Boosting a protein signaling pathway in the body known as "hedgehog" prevented weight gain in mice, a team from Washington University in St. Louis found. The method, which stops fat cells from growing larger, targets a common cause of obesity in adults.
The hedgehog signaling pathway is well-known to oncology researchers. The Washington University team focused on the pathway specifically in fat cells, engineering mice with genes that activated it in those cells when they ate a high-fat diet. After eight weeks on the diet, control mice with unaltered hedgehog pathways became obese, while the engineered mice did not gain any more weight than control mice fed a normal diet did.
As it turned out, stimulating the hedgehog pathway inhibited the size of the fat cells, said senior investigator Fanxin Long, Ph.D., a professor of orthopedic surgery at Washington University. Specifically, it prevented the cells from collecting and storing fat droplets.
Children may put on weight through an increase in their number of fat cells, but this number stays constant in adults. Instead, adults gain or lose weight because of changes in the size of their fat cells.
"What's particularly important is that the animals in our study ate a high-fat diet but didn't gain weight," Long said in a press release, "and in people, too much fat in the diet is a common cause of obesity."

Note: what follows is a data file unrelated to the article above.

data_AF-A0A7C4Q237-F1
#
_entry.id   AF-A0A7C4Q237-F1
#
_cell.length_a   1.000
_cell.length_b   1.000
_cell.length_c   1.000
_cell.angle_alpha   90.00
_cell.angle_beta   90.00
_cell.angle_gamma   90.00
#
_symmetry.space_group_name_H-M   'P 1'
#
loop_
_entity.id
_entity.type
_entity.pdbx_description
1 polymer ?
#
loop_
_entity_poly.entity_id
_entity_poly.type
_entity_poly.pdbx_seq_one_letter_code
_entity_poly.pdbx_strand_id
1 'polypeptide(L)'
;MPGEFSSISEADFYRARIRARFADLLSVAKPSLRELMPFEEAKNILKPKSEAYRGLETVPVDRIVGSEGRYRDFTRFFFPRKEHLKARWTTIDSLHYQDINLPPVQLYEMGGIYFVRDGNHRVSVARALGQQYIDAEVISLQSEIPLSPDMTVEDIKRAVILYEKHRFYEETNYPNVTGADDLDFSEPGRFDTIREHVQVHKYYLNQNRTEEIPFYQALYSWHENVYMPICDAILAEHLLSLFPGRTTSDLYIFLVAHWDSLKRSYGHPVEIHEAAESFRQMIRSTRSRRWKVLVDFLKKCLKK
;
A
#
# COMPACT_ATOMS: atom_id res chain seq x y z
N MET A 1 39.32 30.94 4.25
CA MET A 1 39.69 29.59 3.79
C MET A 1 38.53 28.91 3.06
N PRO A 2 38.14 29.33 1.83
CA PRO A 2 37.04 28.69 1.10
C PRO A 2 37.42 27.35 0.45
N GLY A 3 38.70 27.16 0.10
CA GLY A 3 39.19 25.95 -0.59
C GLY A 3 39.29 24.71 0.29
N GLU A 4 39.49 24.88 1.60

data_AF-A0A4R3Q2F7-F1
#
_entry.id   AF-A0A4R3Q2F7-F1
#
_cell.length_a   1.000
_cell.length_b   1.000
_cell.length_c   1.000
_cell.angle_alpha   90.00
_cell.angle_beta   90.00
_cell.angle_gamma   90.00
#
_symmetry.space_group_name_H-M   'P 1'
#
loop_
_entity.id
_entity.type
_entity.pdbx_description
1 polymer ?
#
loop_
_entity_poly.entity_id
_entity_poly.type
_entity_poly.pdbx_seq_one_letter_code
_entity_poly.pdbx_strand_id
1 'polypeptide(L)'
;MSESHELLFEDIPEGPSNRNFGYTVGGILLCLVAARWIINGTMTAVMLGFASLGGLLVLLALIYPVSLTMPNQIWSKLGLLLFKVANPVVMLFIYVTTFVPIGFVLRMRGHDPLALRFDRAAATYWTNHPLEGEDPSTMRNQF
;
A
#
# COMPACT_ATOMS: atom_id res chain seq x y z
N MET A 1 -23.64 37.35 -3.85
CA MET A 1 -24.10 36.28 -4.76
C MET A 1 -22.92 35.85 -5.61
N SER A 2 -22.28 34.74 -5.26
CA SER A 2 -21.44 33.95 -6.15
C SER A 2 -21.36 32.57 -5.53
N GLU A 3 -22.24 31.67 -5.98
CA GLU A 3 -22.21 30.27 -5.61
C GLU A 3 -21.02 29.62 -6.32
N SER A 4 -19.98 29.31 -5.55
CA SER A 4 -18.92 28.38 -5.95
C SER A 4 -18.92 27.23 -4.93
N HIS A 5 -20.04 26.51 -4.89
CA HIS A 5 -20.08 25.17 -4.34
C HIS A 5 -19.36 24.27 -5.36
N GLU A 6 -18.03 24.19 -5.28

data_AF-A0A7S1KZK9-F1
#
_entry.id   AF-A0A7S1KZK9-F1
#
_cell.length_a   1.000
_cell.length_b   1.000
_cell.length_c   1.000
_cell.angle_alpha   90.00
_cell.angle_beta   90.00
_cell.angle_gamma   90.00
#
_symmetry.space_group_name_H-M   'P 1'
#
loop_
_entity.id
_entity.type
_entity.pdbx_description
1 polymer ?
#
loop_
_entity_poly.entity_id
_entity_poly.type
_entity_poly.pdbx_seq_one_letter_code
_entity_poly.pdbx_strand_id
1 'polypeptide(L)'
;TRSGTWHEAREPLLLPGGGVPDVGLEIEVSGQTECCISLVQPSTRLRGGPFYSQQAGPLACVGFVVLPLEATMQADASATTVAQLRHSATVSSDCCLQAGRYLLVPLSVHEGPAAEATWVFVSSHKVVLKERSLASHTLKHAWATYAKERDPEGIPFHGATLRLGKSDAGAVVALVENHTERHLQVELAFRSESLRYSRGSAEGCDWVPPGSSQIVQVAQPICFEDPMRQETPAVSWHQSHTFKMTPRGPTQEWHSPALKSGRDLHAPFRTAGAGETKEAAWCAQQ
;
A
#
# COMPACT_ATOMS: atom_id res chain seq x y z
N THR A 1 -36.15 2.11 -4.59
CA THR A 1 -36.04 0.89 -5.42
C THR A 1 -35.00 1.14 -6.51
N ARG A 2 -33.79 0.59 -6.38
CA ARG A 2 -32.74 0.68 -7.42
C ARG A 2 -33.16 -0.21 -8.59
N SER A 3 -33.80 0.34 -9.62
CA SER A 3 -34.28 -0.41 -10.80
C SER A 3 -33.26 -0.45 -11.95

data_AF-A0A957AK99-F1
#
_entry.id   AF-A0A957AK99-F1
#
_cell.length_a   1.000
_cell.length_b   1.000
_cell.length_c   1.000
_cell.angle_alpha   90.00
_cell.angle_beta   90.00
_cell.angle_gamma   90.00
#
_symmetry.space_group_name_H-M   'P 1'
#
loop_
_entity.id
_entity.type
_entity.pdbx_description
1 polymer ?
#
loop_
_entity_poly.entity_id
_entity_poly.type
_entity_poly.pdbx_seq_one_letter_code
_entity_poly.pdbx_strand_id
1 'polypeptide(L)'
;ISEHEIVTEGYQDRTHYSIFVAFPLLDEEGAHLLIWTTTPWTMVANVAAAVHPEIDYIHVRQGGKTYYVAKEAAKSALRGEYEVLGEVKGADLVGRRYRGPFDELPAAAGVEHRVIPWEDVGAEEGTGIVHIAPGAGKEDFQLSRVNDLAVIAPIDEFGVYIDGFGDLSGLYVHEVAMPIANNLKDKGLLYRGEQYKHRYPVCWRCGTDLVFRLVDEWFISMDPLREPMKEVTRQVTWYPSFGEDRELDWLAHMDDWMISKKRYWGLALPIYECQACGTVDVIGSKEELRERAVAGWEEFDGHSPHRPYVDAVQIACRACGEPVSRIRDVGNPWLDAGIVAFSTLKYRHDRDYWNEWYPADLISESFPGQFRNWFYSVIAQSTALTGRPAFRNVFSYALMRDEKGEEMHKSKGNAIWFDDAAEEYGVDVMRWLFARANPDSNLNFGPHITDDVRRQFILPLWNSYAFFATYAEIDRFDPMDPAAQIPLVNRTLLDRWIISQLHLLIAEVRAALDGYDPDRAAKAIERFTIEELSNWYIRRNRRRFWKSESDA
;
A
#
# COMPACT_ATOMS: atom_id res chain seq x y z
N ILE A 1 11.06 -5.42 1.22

The findings, which appear in eLife, are promising, but might be challenging to translate to humans. Abnormal activation of the hedgehog pathway is implicated in a number of human cancers, including brain, lung, breast and prostate cancers. Researchers are, in fact, developing inhibitors for the pathway to be used against childhood brain tumors and the rare disease, Gorlin syndrome, which increases a person's risk of developing cancerous and noncancerous tumors in multiple parts of the body.
Long cautions that any attempt to activate the hedgehog signaling pathway would need to be done carefully to avoid unwanted side effects. But because the pathway works similarly in mice and people, he's hopeful it will prove feasible to target it only in fat tissue, as his team did in this study. "This could lead us to a new therapeutic target for treating obesity," he said.